|Publication number||US6081431 A|
|Application number||US 08/976,550|
|Publication date||Jun 27, 2000|
|Filing date||Nov 24, 1997|
|Priority date||Feb 15, 1994|
|Also published as||DE69526783D1, DE69526783T2, EP0745279A1, EP0745279A4, EP0745279B1, US5745349, WO1995022181A1|
|Publication number||08976550, 976550, US 6081431 A, US 6081431A, US-A-6081431, US6081431 A, US6081431A|
|Original Assignee||Berg Technology, Inc.|
|Export Citation||BiBTeX, EndNote, RefMan|
|Patent Citations (19), Non-Patent Citations (14), Referenced by (26), Classifications (19), Legal Events (6)|
|External Links: USPTO, USPTO Assignment, Espacenet|
This is a continuation of U.S. application Ser. No. 08/782,715, filed on Jan. 13, 1997, now U.S. Pat. No. 5,745,349, which is a continuation of U.S. application Ser. No. 08/583,489 filed Jan. 5, 1996, now abandoned, which is a continuation of U.S. application Ser. No. 08/196,516 filed Feb. 15, 1994, now abandoned the disclosures of which are herein incorporated by reference.
The present invention relates to shielded modules for connecting printed circuit boards together. More particularly, the invention relates to a method and module for shielding expansion boards in data processing systems.
Most computer processing is performed by electronics provided on printed circuit boards (PCB) which are mounted on the inside of a chassis. In particular, substantially all personal computers provide a main PCB containing the electronics (e.g., integrated circuits (ICs)) used to carry out the computer's general processing functions. This PCB is often referred to as the "mother board." When upgraded electronics for data processing becomes available for a particular data processing system or if additional memory or processing is desired, an expansion board often referred to as a "daughter board" may be connected to the mother board. As shown in FIG. 1, it is common to provide a mother board 6 which serves as a backplane for mounting additional boards so that the additional boards are electrically interconnected to the mother board. Typically, right angle connectors 7 and 8 have been used to interconnect the expansion boards 4 orthogonally to the mother board 6 via connectors 9 and 10, respectively, as shown by the dash-and-dot lines in FIG. 1.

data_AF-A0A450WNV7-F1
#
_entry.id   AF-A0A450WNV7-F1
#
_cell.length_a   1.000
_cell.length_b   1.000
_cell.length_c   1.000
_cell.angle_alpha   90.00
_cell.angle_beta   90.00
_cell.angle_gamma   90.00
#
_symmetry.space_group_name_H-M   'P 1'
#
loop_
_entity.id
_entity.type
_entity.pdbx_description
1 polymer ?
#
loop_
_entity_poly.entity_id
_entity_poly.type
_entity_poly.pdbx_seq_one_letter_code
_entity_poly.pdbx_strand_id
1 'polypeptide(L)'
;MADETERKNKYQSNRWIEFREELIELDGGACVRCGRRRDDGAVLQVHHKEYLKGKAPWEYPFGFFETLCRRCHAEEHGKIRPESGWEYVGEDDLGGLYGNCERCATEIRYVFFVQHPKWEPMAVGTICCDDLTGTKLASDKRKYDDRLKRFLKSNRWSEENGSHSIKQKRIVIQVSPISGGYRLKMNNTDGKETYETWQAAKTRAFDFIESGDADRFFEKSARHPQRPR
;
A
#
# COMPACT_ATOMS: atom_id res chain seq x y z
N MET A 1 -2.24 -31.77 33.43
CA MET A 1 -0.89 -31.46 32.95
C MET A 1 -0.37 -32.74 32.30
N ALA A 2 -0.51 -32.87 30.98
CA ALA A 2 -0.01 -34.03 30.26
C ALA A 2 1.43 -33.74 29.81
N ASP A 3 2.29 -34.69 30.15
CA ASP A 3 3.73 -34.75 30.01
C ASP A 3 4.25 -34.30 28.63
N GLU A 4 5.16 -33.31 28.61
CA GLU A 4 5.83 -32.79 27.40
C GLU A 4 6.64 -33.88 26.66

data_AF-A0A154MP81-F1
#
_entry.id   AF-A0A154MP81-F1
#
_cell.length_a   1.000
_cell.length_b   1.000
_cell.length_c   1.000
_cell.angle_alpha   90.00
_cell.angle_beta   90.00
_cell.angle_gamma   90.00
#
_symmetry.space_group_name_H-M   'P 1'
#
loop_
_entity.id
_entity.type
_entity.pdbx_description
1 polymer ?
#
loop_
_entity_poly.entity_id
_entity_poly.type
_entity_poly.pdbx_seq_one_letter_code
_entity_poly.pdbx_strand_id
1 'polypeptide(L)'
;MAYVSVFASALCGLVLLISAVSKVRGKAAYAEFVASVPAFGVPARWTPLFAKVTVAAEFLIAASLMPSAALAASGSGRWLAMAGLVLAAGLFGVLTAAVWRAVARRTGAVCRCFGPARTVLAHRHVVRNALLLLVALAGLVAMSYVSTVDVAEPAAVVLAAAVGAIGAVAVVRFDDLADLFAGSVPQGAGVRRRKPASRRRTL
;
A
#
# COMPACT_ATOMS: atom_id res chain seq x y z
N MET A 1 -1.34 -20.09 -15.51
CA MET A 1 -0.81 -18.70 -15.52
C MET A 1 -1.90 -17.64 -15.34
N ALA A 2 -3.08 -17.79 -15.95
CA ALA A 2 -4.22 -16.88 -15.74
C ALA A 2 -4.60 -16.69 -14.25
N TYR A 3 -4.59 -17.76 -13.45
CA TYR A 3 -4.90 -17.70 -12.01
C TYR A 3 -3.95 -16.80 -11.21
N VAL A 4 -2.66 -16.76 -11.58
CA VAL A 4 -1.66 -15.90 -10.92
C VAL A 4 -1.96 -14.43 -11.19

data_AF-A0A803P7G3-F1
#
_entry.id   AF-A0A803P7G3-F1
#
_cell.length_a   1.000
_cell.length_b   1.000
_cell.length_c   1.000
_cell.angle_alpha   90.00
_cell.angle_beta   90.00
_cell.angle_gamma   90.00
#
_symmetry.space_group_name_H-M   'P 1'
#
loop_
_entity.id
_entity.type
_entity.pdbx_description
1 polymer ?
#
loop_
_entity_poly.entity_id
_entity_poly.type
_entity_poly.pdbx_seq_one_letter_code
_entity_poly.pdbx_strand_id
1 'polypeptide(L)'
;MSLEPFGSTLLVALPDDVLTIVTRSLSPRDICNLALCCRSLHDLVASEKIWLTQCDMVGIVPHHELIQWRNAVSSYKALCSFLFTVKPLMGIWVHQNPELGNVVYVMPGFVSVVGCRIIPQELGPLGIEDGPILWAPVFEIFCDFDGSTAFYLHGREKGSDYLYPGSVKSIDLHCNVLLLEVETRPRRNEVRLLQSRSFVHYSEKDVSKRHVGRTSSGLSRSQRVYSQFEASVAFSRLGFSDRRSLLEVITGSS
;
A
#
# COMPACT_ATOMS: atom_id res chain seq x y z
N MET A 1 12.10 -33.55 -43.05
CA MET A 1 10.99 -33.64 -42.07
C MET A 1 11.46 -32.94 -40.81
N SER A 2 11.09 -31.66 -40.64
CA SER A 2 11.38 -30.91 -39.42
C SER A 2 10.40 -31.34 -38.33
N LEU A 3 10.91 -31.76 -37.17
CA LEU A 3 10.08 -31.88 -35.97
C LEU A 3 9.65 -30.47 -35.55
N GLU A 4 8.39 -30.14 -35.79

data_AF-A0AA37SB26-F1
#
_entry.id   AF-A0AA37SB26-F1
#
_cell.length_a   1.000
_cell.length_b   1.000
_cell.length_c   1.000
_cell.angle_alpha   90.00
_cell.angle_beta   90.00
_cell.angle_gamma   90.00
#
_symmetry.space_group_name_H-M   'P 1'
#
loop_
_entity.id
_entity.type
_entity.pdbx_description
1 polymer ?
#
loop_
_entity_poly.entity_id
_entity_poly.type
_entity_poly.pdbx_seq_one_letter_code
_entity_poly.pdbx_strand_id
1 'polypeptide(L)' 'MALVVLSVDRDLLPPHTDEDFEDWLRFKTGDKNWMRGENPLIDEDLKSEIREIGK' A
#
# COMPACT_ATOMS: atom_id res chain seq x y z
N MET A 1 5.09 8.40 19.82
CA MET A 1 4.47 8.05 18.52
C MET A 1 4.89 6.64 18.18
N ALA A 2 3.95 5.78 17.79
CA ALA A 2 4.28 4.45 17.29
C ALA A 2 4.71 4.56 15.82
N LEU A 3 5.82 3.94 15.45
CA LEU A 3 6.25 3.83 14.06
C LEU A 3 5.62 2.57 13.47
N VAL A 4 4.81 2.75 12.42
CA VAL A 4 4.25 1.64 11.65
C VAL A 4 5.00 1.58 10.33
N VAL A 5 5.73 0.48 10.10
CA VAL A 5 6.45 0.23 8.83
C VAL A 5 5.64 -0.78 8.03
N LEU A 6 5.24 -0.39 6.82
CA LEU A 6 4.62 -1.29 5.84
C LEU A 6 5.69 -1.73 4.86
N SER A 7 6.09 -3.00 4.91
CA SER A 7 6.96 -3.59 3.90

With respect to the Cartesian coordinate system x, y, z shown in FIG. 1, the expansion boards 4 are positioned with their plane parallel to the y-z plane and are offset mutually in the x direction. The mother board 6 is arranged in parallel to the x-z plane.
For years, the electronics industry, driven in particular by the data processing market, has strived to reduce the size, cost and complexity of data processing components. To reduce the overall size of the chassis housing the PCBs in a data processing system it is desirable to stack the PCBs in parallel rather than in the orthogonal arrangement shown in FIG. 1. Connection assemblies for interconnecting PCBs in a stacked configuration are disclosed in U.S. Pat. No. 5,176,526, Jan. 5, 1993, issued to Hillbish et al. and entitled, "Shielded Stacking Electrical Connector Assembly."
Typically, some of the electrical components on the PCBs are shielded to reduce electromagnetic interference (EMI) caused by other electrical components. For instance, U.S. Pat. No. 5,014,160, May 7, 1991, issued to McCoy and entitled, "EMI/RFI Shielding Method and Apparatus," discloses an apparatus for shielding only selected portions of a printed circuit board. However, it has not been practical or feasible to shield the entire PCB. Therefore, the chassis housing the mother board and expansion boards has provided some shielding on its inner surface to prevent effects from externally generated EMI. Unfortunately, the chassis and partial PCB shielding cannot reduce the EMI effects on a board-by-board basis without shielding each PCB separately.
The high-speed electronics typically associated with expansion boards generate substantial thermal energy. Excess heat, however, may damage the electronic components and generally cause the data-processing system to fail. For this reason, chassis are often enlarged to allow thermal energy to dissipate or to permit installation of an internal fan to cool the electronics. In applications where it is desired to shield the electronics on an individual PCB, it is often necessary to design a cooling system for the PCB. The stacked PCB configuration described above increases the necessity for cooling since the thermal energy generated may be confined between adjacent PCBs.